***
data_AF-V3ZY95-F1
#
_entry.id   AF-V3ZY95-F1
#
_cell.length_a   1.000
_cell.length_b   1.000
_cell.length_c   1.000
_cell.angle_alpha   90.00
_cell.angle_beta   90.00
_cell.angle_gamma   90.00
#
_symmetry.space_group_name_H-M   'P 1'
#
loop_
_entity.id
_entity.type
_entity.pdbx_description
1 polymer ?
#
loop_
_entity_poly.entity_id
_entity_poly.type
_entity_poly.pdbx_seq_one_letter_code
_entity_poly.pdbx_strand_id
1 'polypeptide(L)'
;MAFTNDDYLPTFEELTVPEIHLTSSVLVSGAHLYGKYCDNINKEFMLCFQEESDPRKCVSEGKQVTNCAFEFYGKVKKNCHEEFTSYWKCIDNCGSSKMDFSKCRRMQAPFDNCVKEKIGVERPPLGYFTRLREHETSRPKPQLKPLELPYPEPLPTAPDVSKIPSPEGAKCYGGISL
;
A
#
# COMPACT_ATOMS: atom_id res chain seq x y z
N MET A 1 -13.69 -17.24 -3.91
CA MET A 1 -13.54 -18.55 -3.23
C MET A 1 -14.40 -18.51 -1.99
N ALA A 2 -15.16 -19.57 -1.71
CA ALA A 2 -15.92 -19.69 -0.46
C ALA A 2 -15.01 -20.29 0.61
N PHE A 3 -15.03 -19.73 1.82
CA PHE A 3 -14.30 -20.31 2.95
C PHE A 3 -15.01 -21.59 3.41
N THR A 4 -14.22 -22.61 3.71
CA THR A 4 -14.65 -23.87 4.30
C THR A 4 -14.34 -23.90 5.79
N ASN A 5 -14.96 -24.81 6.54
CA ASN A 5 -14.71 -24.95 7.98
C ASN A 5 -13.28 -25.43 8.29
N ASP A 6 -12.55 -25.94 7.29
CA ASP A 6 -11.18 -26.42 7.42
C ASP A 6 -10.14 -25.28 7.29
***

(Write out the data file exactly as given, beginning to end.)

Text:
data_AF-V3ZY95-F1
#
_entry.id   AF-V3ZY95-F1
#
_cell.length_a   1.000
_cell.length_b   1.000
_cell.length_c   1.000
_cell.angle_alpha   90.00
_cell.angle_beta   90.00
_cell.angle_gamma   90.00
#
_symmetry.space_group_name_H-M   'P 1'
#
loop_
_entity.id
_entity.type
_entity.pdbx_description
1 polymer ?
#
loop_
_entity_poly.entity_id
_entity_poly.type
_entity_poly.pdbx_seq_one_letter_code
_entity_poly.pdbx_strand_id
1 'polypeptide(L)'
;MAFTNDDYLPTFEELTVPEIHLTSSVLVSGAHLYGKYCDNINKEFMLCFQEESDPRKCVSEGKQVTNCAFEFYGKVKKNCHEEFTSYWKCIDNCGSSKMDFSKCRRMQAPFDNCVKEKIGVERPPLGYFTRLREHETSRPKPQLKPLELPYPEPLPTAPDVSKIPSPEGAKCYGGISL
;
A
#
# COMPACT_ATOMS: atom_id res chain seq x y z
N MET A 1 -13.69 -17.24 -3.91
CA MET A 1 -13.54 -18.55 -3.23
C MET A 1 -14.40 -18.51 -1.99
N ALA A 2 -15.16 -19.57 -1.71
CA ALA A 2 -15.92 -19.69 -0.46
C ALA A 2 -15.01 -20.29 0.61
N PHE A 3 -15.03 -19.73 1.82
CA PHE A 3 -14.30 -20.31 2.95
C PHE A 3 -15.01 -21.59 3.41
N THR A 4 -14.22 -22.61 3.71
CA THR A 4 -14.65 -23.87 4.30
C THR A 4 -14.34 -23.90 5.79
N ASN A 5 -14.96 -24.81 6.54
CA ASN A 5 -14.71 -24.95 7.98
C ASN A 5 -13.28 -25.43 8.29
N ASP A 6 -12.55 -25.94 7.29
CA ASP A 6 -11.18 -26.42 7.42
C ASP A 6 -10.14 -25.28 7.29